In a sharp departure from typical campaign practice, South Carolina GOP Sen. Jim DeMint has used a leadership political action committee to spend $1.5 million dollars on behalf of 15 conservative Senate candidates in this year's midterm elections.
DeMint, one of the Senate's most conservative members, is using campaign finance laws to legally get around traditional limits on how much individual politicians spend supporting other candidates. In doing so, he is setting himself up as a key benefactor and king-maker in what figures to be a core of new senators who value conservative ideology at least as much as party. DeMint "wants to be the leader of what he hopes to be the dominant faction in his party," says Curtis Gans, director of American University's Center for the Study of the American Electorate.
While it is not uncommon for elected officials to use leadership PACs--special fundraising committees separate from their personal campaign committees--to support like-minded candidates, an individual politician directing so much money to support a relative handful of candidates is extremely unusual. It illustrates that in a cycle in which DeMint has very visibly steered a political course separate from and often at odds with his party's leadership, he has also innovated how politicians spread campaign cash.
Politicians often set up leadership PACs to amass money and donate to other politicians. But because PACs can only contribute $10,000 per election cycle to candidates ($5,000 each for the primary and general elections), leadership PACs traditionally spread their money widely and evenly, diluting the impact of an individual $5,000 or $10,000 contribution in congressional races that can cost hundreds of thousands or even millions of dollars.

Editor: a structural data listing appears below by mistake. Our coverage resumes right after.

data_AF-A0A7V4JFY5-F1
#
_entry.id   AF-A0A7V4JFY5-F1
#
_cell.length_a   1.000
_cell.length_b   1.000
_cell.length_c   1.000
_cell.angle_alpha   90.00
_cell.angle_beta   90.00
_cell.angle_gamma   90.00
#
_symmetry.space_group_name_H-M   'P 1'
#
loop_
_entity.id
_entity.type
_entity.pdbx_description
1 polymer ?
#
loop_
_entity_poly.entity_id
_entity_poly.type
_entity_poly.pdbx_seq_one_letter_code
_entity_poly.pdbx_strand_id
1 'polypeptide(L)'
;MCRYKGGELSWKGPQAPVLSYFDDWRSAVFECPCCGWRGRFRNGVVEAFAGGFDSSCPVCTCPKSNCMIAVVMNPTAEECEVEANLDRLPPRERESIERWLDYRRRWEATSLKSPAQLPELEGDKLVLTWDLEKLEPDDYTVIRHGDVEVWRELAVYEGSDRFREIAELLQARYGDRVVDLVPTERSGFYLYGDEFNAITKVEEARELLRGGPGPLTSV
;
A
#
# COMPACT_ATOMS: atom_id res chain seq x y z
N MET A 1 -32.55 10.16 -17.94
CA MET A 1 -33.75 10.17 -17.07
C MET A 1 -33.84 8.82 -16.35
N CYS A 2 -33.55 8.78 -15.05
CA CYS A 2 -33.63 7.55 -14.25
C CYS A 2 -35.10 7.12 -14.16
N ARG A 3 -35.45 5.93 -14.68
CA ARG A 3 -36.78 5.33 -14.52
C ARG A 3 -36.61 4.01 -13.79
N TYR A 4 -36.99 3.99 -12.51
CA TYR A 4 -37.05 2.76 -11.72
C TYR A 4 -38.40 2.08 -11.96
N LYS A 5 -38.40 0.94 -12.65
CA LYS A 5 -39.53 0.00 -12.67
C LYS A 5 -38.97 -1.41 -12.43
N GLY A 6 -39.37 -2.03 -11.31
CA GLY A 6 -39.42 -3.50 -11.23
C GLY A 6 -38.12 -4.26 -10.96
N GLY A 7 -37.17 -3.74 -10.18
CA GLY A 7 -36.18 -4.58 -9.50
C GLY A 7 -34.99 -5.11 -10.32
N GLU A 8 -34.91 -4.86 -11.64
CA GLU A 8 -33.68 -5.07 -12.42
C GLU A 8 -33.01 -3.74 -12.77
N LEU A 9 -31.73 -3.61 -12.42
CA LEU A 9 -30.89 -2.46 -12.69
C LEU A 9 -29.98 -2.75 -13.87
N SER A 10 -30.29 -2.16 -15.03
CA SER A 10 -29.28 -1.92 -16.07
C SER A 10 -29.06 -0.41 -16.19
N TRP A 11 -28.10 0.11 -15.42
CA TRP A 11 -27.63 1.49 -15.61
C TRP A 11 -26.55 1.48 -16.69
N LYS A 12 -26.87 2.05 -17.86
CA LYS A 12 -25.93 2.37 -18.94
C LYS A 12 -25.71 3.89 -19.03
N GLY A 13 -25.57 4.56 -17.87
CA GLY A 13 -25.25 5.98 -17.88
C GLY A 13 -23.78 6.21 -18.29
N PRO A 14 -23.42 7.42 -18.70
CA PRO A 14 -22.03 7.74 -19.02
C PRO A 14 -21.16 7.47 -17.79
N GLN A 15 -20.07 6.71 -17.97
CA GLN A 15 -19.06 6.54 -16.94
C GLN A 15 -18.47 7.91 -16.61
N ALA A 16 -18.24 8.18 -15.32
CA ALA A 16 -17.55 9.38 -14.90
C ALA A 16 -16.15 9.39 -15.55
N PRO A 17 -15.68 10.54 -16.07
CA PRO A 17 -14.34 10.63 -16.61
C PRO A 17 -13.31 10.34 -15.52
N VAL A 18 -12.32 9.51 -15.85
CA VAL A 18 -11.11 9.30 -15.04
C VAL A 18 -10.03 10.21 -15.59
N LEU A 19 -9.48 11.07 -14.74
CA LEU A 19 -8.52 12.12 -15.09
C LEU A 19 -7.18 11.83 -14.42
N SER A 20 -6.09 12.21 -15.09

But while DeMint's Senate Conservative Fund leadership PAC has contributed $55,000 directly to candidates this cycle, the bulk of its spending has been on so-called independent expenditures, which are not subject to legal limits. Independent expenditures are political communications that an organization makes in support of or against specific candidates, without coordinating with those candidates or their opponents. DeMint's PAC has spent around $1.5 million this cycle advocating for the election of 15 candidates, according to his PAC's spokesman. In at least six of the cases, the PAC spent more than $100,000 for the candidates, including over $212,000 for Nevada GOP Senate nominee Sharron Angle, more than $208,000 for Colorado GOP Ken Buck, $137,000 for Florida GOP nominee Marco Rubio, almost $122,000 for Indiana state Sen. Marlin Stutzman, who made a failed bid for the Hoosier Republican Senate nomination, and more than $117,000 on Utah GOP nominee Mike Lee, who is in line to succeed Sen. Bob Bennett, who lost his renomination bid at the state party convention in May (though DeMint's PAC did not spend money on Lee's behalf until after Bennett had been eliminated). This money has mostly been spent on E-mail list usage, as well as Web and radio advertising. Almost all of DeMint's chosen Senate candidates share three major similarities: they tend to be more conservative than other Republican candidates, they have all received Tea Party support on the local or national level, and, with one exception, none of them are incumbents. In all, the PAC has spent more than $10,000--the amount it would be legally permitted to contribute directly--on behalf of 13 of the 15 candidates.
Note: Figures reflect most recent filings with the Federal Election Commission; according to a Senate Conservative Fund spokesman, the PAC has spent roughly $500,000 more on independent expenditures since those filings.
|1. Sharron Angle||Nevada||$212,374||party’s nominee|
|2. Ken Buck||Colorado||$208,342||party’s nominee|
|3. Marco Rubio||Florida||$137,042||party’s nominee|
|4. Marlin Stutzman||Indiana||$121,808||lost primary|
|5. Mike Lee||Utah||$117,523||party’s nominee|
|6. Christine O’Donnell||Delaware||$108,047||party’s nominee|
|7. Ron Johnson||Wisconsin||$52,016||party’s nominee|
|8. Pat Toomey||Pennsylvania||$37,068||party’s nominee|
|9. Joe Miller||Alaska||$35,840||party’s nominee|
|10. Chuck DeVore||California||$33,776||lost primary|
|11. Dino Rossi||Washington||$31,709||party’s nominee|
|12. Rand Paul||Kentucky||$30,480||party’s nominee|
|13. Tom Coburn||Oklahoma||$13,136||party’s nominee|
|14. Michael Williams||Texas||$6,404||did not end up running|
|15. Ovide Lamontagne||New Hampshire||$1,077||lost primary|
In an earlier version of this story, Republican lawmaker Mike Castle's current office was misidentified. He is a member of the House of Representatives.